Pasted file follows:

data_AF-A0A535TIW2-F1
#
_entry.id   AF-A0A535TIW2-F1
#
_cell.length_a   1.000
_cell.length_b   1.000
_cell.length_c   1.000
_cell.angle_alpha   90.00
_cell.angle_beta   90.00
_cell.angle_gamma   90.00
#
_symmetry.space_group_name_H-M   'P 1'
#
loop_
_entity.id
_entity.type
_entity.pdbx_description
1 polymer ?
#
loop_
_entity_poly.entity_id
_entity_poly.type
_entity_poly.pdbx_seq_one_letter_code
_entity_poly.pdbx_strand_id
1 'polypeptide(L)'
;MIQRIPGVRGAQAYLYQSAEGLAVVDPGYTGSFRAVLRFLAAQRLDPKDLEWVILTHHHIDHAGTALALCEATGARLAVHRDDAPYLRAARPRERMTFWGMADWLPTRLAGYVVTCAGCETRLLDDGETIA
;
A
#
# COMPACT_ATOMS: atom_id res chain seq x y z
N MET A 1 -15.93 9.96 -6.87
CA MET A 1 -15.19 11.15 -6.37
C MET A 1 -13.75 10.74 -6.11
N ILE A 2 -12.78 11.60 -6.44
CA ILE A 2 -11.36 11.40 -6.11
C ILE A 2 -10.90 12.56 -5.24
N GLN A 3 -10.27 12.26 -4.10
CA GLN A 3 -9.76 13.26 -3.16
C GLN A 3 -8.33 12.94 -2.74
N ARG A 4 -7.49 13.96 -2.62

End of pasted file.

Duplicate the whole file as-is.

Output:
data_AF-A0A535TIW2-F1
#
_entry.id   AF-A0A535TIW2-F1
#
_cell.length_a   1.000
_cell.length_b   1.000
_cell.length_c   1.000
_cell.angle_alpha   90.00
_cell.angle_beta   90.00
_cell.angle_gamma   90.00
#
_symmetry.space_group_name_H-M   'P 1'
#
loop_
_entity.id
_entity.type
_entity.pdbx_description
1 polymer ?
#
loop_
_entity_poly.entity_id
_entity_poly.type
_entity_poly.pdbx_seq_one_letter_code
_entity_poly.pdbx_strand_id
1 'polypeptide(L)'
;MIQRIPGVRGAQAYLYQSAEGLAVVDPGYTGSFRAVLRFLAAQRLDPKDLEWVILTHHHIDHAGTALALCEATGARLAVHRDDAPYLRAARPRERMTFWGMADWLPTRLAGYVVTCAGCETRLLDDGETIA
;
A
#
# COMPACT_ATOMS: atom_id res chain seq x y z
N MET A 1 -15.93 9.96 -6.87
CA MET A 1 -15.19 11.15 -6.37
C MET A 1 -13.75 10.74 -6.11
N ILE A 2 -12.78 11.60 -6.44
CA ILE A 2 -11.36 11.40 -6.11
C ILE A 2 -10.90 12.56 -5.24
N GLN A 3 -10.27 12.26 -4.10
CA GLN A 3 -9.76 13.26 -3.16
C GLN A 3 -8.33 12.94 -2.74
N ARG A 4 -7.49 13.96 -2.62